Abraham Lincoln and national politics

Essay by dawg6666High School, 11th gradeA, May 2004

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The arrival of the first American laborers to the English colony of Virginia in

1619 began the tragic history of slavery in North America. By 1776 when

Americans fought for "life, liberty, and the pursuit of happiness", slavery had already

prevailed in their country for more than a hundred and fifty years. In the years that

followed the first colonizers, slavery paced the growth of the U.S.; it was the rise of

America. The territory of the slave states at the time of the civil war was equal if not

greater to that of the original thirteen colonies in 1776. As the nation matured so did

its debates about slavery, the topic was starting to get very heated. Nothing fueled the

conflict as much as the country's territorial expansion. Each new state admitted to the

Union threatened to upset the balance of the power agreed upon between the slave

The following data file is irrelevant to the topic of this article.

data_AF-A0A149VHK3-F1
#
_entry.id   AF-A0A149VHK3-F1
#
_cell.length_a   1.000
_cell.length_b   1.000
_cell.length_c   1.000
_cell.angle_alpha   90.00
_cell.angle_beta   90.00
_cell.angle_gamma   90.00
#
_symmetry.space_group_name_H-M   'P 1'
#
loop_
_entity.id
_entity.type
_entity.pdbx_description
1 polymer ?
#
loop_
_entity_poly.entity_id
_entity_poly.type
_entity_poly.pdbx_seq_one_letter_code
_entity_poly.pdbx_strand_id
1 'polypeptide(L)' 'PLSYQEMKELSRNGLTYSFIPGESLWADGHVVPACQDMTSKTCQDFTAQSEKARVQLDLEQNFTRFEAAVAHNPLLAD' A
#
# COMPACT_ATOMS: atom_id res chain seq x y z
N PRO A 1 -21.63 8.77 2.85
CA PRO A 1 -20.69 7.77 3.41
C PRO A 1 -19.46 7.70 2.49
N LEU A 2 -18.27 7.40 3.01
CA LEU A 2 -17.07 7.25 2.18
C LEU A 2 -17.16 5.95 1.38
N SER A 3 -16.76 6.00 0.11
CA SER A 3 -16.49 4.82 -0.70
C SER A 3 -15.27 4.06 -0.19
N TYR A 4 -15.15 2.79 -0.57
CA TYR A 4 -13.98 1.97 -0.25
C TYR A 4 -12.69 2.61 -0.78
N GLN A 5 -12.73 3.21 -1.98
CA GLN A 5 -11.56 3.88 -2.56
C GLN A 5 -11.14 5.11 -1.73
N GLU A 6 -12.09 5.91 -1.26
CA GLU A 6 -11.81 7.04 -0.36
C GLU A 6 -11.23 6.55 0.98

and free states.

The issue of slavery took the country to a dangerous internal conflict,

about 600,000 people died to finally end slavery through an awesome civil war filled

with blood shed and high emotions. Abraham Lincoln, the president that was in

charge during the Civil War, had always hated slavery; it was he said, a

"monstrous injustice and unqualified evil to the Negro, the white man, and the state; if

slavery is not wrong nothing is wrong." Lincoln believed that the nation's founders

had also hated slavery and looked forward to its abolition. Abraham Lincoln fought in

favor of anti-slavery reform from his days of youth to the day he was assassinated.

In his early years, Lincoln always spoke to white men, he did not know how to

handle the problem of race. He lived in a white society, with racial groups, he never

interacted with an African American except...